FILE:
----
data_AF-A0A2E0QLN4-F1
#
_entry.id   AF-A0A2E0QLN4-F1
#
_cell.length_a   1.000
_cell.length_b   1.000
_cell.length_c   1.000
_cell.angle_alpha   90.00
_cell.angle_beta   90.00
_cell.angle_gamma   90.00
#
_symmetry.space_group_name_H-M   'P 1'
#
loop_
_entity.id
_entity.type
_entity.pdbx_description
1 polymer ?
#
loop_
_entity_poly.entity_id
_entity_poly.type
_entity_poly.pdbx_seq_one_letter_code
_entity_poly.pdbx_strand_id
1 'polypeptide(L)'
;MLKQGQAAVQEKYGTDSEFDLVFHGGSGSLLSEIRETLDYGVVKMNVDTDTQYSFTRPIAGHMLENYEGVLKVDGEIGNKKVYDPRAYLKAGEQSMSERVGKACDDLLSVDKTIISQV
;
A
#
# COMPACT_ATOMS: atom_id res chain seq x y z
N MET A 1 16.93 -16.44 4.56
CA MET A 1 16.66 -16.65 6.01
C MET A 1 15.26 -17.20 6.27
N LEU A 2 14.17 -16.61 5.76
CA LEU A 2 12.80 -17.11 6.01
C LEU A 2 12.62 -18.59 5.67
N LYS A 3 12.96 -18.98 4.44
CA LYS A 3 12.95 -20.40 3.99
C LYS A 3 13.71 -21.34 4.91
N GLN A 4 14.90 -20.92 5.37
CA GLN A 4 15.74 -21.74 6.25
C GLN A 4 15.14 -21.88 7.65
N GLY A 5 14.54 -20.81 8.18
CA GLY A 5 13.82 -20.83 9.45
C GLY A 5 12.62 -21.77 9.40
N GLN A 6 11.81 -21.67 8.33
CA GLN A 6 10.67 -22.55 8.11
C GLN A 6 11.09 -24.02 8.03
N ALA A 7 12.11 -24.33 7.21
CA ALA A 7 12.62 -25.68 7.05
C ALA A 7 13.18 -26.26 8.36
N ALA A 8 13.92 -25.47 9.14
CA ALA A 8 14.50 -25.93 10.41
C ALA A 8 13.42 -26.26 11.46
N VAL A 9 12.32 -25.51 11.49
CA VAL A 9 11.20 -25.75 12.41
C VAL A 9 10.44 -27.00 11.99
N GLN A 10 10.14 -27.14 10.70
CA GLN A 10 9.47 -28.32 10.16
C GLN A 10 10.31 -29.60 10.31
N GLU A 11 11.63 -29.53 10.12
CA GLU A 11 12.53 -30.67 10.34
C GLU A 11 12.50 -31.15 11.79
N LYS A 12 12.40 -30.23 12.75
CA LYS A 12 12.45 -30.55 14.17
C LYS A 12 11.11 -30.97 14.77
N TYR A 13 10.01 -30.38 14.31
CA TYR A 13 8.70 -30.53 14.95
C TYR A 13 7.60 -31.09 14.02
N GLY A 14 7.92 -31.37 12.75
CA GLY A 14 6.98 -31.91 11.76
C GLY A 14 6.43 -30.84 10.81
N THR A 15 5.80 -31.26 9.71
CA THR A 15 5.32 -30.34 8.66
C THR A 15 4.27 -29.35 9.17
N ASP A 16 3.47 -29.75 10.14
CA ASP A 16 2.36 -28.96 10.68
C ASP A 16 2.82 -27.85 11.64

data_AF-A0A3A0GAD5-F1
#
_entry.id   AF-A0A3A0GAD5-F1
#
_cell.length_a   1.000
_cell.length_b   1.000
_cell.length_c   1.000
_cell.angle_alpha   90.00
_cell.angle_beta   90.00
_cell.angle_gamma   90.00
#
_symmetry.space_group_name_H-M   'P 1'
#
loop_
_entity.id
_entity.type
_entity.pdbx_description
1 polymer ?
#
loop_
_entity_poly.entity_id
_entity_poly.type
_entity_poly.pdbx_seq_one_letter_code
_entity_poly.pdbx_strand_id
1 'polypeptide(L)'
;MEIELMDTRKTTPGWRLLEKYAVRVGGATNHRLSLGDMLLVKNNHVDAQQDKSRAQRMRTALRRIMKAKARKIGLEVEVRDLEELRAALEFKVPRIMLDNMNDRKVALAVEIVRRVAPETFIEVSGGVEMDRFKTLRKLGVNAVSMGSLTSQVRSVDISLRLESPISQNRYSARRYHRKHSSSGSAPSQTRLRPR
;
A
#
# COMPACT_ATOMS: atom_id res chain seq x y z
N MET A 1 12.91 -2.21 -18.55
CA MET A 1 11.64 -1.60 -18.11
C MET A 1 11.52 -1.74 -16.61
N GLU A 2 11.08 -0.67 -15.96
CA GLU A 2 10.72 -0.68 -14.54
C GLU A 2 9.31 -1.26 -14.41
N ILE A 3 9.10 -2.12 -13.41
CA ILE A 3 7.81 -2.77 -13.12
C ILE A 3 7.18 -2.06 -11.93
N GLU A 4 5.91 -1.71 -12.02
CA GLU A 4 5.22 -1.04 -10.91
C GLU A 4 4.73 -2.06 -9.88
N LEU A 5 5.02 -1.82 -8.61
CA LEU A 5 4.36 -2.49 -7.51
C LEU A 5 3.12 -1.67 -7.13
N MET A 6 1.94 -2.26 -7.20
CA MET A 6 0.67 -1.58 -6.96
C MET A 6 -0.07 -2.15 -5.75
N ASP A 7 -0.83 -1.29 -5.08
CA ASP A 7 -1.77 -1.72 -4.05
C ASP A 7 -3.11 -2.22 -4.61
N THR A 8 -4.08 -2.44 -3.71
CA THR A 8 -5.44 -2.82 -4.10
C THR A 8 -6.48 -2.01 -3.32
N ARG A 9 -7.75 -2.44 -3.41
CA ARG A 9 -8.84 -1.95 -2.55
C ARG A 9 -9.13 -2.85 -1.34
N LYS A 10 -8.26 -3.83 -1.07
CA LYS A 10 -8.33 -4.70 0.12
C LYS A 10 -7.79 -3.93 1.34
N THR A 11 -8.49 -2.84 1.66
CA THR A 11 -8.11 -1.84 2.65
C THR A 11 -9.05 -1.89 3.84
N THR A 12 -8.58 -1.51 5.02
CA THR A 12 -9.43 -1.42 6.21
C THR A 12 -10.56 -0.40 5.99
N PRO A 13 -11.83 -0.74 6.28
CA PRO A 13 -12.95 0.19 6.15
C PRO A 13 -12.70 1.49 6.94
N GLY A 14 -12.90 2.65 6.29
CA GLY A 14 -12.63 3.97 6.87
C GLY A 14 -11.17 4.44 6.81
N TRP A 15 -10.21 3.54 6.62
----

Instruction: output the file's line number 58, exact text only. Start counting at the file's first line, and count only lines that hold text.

N GLN A 10 10.14 -27.14 10.70